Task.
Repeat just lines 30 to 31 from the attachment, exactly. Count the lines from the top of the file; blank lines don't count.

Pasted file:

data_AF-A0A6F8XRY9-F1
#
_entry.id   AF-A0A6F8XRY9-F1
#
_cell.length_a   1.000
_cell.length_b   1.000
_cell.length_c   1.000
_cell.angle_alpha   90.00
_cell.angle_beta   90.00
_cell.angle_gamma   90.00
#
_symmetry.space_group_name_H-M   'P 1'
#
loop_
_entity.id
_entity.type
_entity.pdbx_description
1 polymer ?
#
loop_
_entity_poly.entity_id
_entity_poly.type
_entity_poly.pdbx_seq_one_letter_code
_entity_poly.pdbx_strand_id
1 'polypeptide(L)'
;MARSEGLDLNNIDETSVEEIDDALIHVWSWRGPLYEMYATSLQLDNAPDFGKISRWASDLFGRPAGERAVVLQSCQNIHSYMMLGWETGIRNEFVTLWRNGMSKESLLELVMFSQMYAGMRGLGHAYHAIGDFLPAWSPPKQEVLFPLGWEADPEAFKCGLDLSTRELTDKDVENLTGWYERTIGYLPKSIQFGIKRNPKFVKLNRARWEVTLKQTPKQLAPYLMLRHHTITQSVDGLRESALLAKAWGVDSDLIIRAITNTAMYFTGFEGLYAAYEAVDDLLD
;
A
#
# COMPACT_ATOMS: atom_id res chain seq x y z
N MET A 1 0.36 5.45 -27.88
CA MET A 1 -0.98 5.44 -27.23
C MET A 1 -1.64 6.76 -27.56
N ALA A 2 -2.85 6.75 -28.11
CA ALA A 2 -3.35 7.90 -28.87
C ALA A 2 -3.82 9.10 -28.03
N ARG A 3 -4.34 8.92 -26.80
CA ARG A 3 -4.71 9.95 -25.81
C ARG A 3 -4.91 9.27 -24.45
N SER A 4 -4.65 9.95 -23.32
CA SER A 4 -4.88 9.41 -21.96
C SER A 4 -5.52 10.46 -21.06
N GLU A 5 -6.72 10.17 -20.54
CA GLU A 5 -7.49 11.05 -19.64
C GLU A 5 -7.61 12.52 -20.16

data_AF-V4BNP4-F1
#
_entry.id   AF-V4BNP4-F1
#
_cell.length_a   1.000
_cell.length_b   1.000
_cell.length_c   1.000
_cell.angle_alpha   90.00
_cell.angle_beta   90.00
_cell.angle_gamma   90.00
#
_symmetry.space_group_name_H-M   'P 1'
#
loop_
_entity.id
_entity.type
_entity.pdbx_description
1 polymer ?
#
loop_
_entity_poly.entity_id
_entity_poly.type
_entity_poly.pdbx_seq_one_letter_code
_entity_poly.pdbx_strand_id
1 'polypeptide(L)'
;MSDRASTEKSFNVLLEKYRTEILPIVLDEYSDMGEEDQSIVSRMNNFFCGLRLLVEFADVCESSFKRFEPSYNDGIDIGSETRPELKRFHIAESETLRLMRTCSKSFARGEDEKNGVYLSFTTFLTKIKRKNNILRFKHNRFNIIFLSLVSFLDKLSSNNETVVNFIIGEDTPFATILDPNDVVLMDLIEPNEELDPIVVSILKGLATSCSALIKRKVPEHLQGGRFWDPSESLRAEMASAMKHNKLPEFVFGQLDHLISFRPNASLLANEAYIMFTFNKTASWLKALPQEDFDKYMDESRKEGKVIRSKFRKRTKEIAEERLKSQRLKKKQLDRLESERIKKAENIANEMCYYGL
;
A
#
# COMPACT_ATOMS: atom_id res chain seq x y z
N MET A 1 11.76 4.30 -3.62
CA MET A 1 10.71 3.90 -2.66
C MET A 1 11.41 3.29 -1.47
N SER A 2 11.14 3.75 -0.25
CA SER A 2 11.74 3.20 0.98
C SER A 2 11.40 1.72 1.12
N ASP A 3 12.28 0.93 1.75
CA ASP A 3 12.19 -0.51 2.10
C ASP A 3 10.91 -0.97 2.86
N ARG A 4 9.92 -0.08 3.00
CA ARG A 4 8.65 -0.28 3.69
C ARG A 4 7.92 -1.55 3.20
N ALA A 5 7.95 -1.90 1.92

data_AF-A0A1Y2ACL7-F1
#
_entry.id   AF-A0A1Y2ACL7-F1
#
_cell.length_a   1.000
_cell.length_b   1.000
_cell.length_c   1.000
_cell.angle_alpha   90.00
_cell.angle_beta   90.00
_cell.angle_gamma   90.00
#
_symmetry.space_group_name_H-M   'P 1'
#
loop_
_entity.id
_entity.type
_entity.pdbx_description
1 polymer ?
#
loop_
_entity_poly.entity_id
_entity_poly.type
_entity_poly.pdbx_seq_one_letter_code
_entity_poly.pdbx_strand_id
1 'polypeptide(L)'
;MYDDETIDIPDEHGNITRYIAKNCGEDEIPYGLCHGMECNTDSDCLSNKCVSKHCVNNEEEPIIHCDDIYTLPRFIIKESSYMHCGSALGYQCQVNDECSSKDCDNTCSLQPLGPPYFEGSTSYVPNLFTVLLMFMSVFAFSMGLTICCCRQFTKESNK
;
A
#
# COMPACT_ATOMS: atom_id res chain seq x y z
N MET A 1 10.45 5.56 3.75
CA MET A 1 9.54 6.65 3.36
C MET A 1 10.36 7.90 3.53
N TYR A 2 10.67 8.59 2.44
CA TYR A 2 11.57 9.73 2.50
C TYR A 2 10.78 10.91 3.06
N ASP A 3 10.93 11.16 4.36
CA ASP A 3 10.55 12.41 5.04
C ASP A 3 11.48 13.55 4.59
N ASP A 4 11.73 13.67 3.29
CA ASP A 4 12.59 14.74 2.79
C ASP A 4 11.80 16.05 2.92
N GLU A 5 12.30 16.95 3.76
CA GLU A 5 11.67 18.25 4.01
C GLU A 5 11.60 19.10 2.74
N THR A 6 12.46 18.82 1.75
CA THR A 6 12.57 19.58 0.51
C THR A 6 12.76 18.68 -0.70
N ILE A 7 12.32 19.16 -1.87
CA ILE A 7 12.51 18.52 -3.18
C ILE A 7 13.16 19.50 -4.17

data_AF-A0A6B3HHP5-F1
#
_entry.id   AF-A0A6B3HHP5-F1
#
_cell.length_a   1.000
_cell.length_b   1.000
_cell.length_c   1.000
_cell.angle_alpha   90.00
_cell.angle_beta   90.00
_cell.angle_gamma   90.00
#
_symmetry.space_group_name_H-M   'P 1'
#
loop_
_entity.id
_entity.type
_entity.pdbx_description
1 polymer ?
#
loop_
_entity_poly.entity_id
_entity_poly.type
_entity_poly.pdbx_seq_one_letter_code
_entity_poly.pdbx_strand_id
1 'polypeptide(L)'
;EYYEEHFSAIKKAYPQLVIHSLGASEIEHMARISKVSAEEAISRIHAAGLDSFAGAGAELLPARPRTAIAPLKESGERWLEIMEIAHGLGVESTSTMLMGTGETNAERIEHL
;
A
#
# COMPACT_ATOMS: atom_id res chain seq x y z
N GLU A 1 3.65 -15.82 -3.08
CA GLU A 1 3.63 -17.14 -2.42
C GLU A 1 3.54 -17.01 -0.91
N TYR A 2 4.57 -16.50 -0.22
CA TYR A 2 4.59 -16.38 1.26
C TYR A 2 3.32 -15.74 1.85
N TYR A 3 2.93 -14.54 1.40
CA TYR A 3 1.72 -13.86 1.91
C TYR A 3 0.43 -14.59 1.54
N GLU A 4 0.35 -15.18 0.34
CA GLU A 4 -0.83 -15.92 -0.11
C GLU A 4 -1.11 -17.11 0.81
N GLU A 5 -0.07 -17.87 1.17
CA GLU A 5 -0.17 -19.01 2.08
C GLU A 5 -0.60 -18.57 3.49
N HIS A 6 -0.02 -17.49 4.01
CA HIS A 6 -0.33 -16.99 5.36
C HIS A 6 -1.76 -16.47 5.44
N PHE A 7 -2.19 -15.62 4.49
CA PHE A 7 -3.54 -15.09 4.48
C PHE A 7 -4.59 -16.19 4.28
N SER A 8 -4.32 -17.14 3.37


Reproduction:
# COMPACT_ATOMS: atom_id res chain seq x y z
N MET A 1 0.36 5.45 -27.88